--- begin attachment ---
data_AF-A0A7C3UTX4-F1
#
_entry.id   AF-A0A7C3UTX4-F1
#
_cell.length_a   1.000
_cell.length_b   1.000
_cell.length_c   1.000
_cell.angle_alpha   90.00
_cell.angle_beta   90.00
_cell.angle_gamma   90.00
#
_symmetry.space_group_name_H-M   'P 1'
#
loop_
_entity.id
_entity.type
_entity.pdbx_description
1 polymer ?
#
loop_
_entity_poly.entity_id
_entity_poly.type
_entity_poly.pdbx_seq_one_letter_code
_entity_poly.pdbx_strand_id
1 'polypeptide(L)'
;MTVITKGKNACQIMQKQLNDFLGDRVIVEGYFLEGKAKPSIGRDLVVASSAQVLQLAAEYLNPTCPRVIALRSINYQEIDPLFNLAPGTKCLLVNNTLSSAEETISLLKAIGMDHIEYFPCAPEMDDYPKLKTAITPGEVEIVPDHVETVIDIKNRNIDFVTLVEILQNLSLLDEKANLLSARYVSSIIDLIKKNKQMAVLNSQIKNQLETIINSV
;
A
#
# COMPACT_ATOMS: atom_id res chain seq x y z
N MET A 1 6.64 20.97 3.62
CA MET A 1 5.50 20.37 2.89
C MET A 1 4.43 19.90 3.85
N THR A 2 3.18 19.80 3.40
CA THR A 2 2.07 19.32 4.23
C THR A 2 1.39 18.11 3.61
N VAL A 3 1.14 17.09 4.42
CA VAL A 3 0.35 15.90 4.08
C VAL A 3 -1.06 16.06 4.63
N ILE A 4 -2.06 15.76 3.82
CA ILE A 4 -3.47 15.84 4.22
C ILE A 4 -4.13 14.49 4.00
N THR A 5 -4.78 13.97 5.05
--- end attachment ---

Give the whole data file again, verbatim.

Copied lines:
data_AF-A0A7C3UTX4-F1
#
_entry.id   AF-A0A7C3UTX4-F1
#
_cell.length_a   1.000
_cell.length_b   1.000
_cell.length_c   1.000
_cell.angle_alpha   90.00
_cell.angle_beta   90.00
_cell.angle_gamma   90.00
#
_symmetry.space_group_name_H-M   'P 1'
#
loop_
_entity.id
_entity.type
_entity.pdbx_description
1 polymer ?
#
loop_
_entity_poly.entity_id
_entity_poly.type
_entity_poly.pdbx_seq_one_letter_code
_entity_poly.pdbx_strand_id
1 'polypeptide(L)'
;MTVITKGKNACQIMQKQLNDFLGDRVIVEGYFLEGKAKPSIGRDLVVASSAQVLQLAAEYLNPTCPRVIALRSINYQEIDPLFNLAPGTKCLLVNNTLSSAEETISLLKAIGMDHIEYFPCAPEMDDYPKLKTAITPGEVEIVPDHVETVIDIKNRNIDFVTLVEILQNLSLLDEKANLLSARYVSSIIDLIKKNKQMAVLNSQIKNQLETIINSV
;
A
#
# COMPACT_ATOMS: atom_id res chain seq x y z
N MET A 1 6.64 20.97 3.62
CA MET A 1 5.50 20.37 2.89
C MET A 1 4.43 19.90 3.85
N THR A 2 3.18 19.80 3.40
CA THR A 2 2.07 19.32 4.23
C THR A 2 1.39 18.11 3.61
N VAL A 3 1.14 17.09 4.42
CA VAL A 3 0.35 15.90 4.08
C VAL A 3 -1.06 16.06 4.63
N ILE A 4 -2.06 15.76 3.82
CA ILE A 4 -3.47 15.84 4.22
C ILE A 4 -4.13 14.49 4.00
N THR A 5 -4.78 13.97 5.05